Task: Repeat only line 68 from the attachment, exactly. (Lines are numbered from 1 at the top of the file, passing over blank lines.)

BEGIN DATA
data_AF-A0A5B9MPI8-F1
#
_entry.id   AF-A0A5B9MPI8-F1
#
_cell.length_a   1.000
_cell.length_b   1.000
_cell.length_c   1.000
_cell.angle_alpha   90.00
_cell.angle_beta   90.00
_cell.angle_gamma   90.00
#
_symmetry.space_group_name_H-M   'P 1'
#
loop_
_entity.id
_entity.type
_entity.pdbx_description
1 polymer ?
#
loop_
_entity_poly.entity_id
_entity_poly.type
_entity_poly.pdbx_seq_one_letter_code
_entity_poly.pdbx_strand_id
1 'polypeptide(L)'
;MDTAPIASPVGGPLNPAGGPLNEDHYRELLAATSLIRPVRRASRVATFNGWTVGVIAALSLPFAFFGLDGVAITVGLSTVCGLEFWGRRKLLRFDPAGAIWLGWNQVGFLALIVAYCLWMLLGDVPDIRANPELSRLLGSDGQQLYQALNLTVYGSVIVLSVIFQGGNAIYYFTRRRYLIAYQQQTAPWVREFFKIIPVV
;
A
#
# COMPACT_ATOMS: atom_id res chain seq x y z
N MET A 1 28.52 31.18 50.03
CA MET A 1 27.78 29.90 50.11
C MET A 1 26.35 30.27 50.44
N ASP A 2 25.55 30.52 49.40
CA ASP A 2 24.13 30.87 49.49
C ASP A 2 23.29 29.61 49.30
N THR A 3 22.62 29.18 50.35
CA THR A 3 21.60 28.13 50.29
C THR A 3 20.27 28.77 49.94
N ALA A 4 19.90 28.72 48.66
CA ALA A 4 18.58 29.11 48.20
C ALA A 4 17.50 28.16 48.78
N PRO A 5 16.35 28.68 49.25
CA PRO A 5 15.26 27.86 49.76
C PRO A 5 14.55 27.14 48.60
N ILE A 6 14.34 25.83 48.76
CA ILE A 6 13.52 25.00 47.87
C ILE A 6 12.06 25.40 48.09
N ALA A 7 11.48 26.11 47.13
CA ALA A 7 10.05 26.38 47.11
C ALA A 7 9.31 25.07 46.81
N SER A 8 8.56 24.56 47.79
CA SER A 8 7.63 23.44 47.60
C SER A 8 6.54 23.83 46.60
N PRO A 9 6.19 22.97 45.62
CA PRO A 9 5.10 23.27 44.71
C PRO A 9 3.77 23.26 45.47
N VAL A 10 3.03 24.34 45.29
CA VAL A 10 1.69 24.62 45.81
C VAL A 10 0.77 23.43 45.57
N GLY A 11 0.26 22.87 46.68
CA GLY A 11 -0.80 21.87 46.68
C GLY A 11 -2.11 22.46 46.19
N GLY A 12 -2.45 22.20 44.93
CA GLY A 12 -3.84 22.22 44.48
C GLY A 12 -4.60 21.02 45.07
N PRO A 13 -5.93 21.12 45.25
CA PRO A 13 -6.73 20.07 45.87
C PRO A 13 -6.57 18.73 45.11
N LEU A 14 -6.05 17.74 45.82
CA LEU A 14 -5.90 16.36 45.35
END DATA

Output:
CA PRO A 13 -6.73 20.07 45.87